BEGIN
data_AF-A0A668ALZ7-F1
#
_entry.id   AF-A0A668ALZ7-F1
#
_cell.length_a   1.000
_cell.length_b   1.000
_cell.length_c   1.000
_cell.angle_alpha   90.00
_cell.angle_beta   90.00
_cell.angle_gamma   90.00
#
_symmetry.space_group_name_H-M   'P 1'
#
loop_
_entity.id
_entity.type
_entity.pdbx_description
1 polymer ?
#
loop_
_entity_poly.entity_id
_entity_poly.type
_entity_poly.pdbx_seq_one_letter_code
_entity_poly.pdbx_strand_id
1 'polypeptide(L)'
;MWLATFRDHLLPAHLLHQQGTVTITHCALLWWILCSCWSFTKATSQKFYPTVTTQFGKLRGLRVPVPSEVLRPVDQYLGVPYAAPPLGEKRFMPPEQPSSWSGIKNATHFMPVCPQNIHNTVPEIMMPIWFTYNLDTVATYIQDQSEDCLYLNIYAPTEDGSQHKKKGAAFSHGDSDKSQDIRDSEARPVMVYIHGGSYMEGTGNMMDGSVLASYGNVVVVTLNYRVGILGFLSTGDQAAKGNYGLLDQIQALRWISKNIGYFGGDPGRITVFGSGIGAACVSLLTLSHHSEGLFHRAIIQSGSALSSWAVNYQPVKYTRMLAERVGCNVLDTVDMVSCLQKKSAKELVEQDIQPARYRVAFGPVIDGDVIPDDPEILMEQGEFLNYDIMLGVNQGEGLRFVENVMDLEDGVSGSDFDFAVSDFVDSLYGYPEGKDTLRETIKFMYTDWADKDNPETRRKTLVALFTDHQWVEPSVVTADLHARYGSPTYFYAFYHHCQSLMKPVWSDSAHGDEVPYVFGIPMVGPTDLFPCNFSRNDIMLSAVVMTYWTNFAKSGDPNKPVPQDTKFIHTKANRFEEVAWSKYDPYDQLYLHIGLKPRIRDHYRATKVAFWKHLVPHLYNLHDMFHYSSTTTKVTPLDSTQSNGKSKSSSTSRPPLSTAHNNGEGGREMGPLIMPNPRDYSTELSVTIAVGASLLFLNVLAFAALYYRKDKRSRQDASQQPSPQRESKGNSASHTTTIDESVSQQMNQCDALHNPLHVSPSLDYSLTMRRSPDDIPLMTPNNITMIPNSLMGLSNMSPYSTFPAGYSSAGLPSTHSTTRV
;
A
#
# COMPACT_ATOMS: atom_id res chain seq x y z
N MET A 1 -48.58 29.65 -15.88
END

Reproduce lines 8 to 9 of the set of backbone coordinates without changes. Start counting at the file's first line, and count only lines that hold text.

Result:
_cell.angle_alpha   90.00
_cell.angle_beta   90.00